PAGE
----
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Home > Debates Last Updated: 14:32 03/09/2007
Debate: Commentary (November 18, 2002)

Financial Reform and Tax Reform for Economic Revitalization

Heizo Takenaka (Minister of Economic and Fiscal Policy and Financial Services)

Four Pillars of Koizumi Reform

In order to push structural reform under the Koizumi Administration we use the words "four pillars;" that is, "spending reform," "revenue reform," "financial system reform" and "regulatory reform."

In particular, we emphasize tax reform and economic revitalization in our "Basic Plan 2002," which was announced June of this year. As a means to administer economic revitalization policy there are 30 action programs, including "special reform zones."

All we need to do is to secure the "four pillars" mentioned above, and our comprehensive measures to accelerate the speed of reform will make it faster, greater and clearer.

Financial Revival Program

At the same time we announced a "financial revival program" with six key points, which are (1) adoption of the DCF method and reclassification of debtors, (2) elimination of discrepancies between self-evaluation and official inspection of non-performing loans, (3) revision in incorporating deferred taxes into capital, (4) better governance in bank management, (5) adoption of an early warning system, and (6) creation of a new framework for corporate revival.

For those six points our achievement may be characterized as "five wins and one draw," in the sense that our initial expectations have been fulfilled on five out of the six points. The remaining point should be examined as soon as possible. This draw concerns treatment of deferred taxes in bank accounting, which is a very difficult problem to solve but which had to be tackled. On the other five points, however, we have obtained agreements from a majority of participants.

Under the present administration, our stance for macroeconomic demand-side policy is quite clear: "fine tuning" by adjusting the national budget. For business fluctuations we have decided to utilize a built-in stabilizer, just as in any advanced country. However, a difficulty in the case of Japan is the fact that monetary policy is not working too well, unlike any other country. That is because of the problem of non-performing loans in Japan.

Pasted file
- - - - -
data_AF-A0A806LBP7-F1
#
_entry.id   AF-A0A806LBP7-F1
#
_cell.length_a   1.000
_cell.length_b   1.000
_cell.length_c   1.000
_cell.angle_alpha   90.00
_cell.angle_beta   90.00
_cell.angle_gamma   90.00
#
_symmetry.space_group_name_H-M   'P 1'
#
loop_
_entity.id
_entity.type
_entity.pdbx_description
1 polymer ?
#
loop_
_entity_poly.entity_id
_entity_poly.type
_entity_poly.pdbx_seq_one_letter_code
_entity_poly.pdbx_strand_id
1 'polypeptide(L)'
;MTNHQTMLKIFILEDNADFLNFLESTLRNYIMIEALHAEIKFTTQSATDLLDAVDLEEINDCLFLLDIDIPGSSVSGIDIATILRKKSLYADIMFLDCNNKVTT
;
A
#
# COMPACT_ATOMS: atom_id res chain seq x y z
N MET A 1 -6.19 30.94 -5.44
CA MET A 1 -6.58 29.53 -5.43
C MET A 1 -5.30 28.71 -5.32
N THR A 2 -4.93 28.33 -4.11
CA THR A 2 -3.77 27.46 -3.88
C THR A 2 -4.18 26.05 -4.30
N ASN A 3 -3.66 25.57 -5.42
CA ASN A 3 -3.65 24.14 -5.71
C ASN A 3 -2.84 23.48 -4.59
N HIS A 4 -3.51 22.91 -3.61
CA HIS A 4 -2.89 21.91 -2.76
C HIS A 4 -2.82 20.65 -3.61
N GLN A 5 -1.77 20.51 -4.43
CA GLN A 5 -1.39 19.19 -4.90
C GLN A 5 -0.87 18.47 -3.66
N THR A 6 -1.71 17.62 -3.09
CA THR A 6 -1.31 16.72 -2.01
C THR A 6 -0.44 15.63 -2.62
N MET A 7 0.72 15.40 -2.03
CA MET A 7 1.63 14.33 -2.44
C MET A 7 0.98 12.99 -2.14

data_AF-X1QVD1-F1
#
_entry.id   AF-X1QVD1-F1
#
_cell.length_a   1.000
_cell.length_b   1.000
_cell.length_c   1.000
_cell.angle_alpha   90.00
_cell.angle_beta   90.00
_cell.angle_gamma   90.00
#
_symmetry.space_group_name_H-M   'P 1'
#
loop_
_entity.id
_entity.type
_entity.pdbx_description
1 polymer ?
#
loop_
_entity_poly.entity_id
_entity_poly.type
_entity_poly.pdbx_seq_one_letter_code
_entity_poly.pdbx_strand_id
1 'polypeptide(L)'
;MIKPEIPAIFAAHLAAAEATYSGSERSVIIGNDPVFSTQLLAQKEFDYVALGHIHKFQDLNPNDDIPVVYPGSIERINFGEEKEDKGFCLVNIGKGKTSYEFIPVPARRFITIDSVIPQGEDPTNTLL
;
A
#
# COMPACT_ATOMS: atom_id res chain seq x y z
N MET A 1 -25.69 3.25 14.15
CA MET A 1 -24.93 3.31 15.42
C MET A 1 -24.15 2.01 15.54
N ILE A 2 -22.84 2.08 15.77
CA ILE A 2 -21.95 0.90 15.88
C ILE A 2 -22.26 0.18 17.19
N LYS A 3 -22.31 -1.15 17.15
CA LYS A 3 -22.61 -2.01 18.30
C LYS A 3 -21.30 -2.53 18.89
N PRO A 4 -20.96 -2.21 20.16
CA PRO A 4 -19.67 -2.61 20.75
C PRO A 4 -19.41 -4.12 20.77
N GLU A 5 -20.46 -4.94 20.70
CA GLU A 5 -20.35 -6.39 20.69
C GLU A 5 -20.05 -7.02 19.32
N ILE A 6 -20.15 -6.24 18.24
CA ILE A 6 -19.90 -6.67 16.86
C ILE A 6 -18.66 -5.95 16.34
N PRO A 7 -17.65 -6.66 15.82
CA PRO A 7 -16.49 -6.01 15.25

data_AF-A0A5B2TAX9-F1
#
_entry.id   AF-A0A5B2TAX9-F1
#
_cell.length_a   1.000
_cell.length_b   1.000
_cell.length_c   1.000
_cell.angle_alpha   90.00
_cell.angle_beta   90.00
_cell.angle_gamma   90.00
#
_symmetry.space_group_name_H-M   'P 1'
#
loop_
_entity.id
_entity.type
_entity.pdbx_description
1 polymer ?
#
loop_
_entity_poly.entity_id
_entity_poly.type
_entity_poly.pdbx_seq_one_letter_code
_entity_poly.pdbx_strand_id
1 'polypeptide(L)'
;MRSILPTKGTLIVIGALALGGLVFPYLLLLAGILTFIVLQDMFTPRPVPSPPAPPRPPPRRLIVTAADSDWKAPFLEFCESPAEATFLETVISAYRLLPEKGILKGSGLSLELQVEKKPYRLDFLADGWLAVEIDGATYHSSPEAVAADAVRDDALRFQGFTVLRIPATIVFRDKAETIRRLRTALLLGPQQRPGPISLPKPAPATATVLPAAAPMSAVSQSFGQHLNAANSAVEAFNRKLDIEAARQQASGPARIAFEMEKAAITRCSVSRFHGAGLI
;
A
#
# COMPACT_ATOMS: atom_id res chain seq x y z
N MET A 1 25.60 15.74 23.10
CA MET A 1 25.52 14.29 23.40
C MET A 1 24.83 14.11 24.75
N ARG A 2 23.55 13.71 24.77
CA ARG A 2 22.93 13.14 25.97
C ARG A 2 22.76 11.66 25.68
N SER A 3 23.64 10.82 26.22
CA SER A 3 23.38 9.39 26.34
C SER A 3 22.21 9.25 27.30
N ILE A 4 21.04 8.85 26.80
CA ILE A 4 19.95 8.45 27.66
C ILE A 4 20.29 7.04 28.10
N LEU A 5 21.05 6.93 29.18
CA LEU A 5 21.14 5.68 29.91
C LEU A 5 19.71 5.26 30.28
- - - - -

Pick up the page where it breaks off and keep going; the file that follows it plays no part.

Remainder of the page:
Toward Wider and Thinner Taxes

Regarding tax reform, we are trying to make taxes on individuals "wider and thinner." This is being discussed at the Council of Economic and Fiscal Policy. Present taxes on individuals are "narrow and thin," and we need to make the tax base much wider. Regarding corporate taxes there are various opinions within the government, but we concluded in this year's White Paper on Economic and Fiscal Policy that Japan's corporate tax is too high and should be made much thinner.

In January this year we announced our "reforms and prospects," showing the future vision of the Japanese economy through 2006, and their revision incorporating policy changes from January to date is scheduled to be published at the end of this year. Under the Koizumi administration we regard 2002 and 2003 as an "intensive adjustment period," and we are in the middle of this period dealing with non-performing loans and various other problems. The current economic situation is quite severe, but the prospects for the Japanese economy should be improved by 2004, according to the revised version of our "reforms and prospects."

(This is from Mr. Takenaka's interview article that appeared in the Nov.18, 2002 issue of "Economist," published by Mainichi Newspaper Co.)

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